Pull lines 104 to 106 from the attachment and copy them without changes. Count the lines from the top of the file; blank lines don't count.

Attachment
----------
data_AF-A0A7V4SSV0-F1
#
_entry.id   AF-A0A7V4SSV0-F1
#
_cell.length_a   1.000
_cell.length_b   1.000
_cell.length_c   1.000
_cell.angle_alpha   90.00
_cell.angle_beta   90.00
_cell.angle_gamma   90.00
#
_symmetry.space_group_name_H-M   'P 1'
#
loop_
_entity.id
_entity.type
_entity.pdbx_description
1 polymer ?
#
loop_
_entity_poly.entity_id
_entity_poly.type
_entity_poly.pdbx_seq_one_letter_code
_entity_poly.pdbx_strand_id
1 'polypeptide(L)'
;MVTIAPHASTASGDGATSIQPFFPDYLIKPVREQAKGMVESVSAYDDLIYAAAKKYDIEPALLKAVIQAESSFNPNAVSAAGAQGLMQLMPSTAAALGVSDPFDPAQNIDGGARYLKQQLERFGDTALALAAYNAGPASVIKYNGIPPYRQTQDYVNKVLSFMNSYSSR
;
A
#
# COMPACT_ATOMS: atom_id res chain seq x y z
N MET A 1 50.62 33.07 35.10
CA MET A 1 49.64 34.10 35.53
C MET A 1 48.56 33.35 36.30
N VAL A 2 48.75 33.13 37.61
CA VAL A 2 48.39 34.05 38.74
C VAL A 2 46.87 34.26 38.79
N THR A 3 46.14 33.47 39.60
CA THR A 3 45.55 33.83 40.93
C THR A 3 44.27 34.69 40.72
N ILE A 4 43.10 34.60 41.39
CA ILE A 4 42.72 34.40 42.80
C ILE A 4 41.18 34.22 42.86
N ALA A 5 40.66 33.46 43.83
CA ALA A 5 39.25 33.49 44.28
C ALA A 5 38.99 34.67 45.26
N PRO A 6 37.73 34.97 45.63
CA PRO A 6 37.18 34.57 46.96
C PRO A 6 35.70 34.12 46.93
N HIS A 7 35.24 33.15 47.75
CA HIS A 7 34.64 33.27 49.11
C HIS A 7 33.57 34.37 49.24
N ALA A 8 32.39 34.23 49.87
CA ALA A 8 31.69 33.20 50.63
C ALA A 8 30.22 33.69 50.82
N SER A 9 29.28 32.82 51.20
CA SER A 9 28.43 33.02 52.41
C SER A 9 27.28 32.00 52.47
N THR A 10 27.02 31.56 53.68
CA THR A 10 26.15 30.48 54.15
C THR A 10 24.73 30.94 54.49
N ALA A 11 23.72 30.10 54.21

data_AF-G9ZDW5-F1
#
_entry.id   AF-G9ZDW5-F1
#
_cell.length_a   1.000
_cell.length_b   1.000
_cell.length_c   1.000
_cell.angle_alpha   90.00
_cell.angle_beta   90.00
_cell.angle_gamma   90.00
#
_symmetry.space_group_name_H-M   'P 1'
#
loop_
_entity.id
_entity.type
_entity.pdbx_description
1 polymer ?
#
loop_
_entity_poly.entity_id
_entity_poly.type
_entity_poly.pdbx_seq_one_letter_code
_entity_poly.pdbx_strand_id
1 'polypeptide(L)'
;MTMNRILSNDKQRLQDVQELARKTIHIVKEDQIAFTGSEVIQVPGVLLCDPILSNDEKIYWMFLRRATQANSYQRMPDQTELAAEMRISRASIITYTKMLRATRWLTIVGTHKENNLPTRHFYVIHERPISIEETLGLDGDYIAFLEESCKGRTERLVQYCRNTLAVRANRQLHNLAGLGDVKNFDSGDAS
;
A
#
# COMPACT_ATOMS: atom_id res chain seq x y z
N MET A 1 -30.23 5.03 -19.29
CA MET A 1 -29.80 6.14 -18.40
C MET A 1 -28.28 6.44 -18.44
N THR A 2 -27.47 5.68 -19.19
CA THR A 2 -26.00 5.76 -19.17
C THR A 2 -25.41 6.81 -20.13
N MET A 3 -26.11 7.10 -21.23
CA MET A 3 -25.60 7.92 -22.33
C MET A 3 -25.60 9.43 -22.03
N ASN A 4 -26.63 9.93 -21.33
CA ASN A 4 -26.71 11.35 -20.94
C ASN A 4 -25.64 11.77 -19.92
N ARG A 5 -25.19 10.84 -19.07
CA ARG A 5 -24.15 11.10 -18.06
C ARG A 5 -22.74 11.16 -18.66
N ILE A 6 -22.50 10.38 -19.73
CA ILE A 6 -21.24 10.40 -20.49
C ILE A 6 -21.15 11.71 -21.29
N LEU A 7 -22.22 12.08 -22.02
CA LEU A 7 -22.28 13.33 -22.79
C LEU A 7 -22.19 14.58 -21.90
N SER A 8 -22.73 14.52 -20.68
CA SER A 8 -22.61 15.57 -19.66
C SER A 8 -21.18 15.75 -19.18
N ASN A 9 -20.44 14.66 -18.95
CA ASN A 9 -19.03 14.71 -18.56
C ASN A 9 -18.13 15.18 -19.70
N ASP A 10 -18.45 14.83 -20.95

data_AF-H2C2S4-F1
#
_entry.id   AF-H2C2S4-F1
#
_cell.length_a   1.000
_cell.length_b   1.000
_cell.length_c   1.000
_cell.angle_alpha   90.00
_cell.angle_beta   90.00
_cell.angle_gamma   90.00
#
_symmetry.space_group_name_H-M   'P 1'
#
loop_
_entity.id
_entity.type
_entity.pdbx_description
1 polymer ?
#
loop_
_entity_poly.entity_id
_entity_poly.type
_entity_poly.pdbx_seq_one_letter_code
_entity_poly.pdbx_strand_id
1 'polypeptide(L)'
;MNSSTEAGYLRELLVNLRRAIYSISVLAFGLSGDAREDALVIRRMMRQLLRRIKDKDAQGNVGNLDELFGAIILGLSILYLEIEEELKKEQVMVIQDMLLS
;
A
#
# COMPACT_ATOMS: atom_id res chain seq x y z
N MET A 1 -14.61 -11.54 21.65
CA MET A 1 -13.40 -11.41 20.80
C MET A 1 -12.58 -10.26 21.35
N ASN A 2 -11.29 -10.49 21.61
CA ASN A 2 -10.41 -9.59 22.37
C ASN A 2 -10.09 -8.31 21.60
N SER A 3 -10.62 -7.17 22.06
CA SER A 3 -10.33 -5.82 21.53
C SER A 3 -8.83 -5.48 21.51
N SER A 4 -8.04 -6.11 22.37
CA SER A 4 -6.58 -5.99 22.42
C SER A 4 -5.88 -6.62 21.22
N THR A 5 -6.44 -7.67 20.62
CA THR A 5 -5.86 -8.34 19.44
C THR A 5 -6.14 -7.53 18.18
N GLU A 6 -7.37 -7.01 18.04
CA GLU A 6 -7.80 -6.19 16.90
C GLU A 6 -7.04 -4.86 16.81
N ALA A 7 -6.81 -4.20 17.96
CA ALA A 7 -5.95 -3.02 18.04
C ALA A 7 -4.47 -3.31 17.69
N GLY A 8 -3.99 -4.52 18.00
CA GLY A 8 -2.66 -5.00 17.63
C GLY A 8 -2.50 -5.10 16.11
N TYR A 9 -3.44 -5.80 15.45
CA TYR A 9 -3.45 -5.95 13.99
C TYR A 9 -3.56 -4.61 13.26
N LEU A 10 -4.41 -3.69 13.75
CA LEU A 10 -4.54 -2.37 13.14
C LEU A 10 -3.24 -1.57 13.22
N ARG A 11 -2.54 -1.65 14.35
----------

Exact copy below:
N ARG A 5 -25.19 10.84 -19.07
CA ARG A 5 -24.15 11.10 -18.06
C ARG A 5 -22.74 11.16 -18.66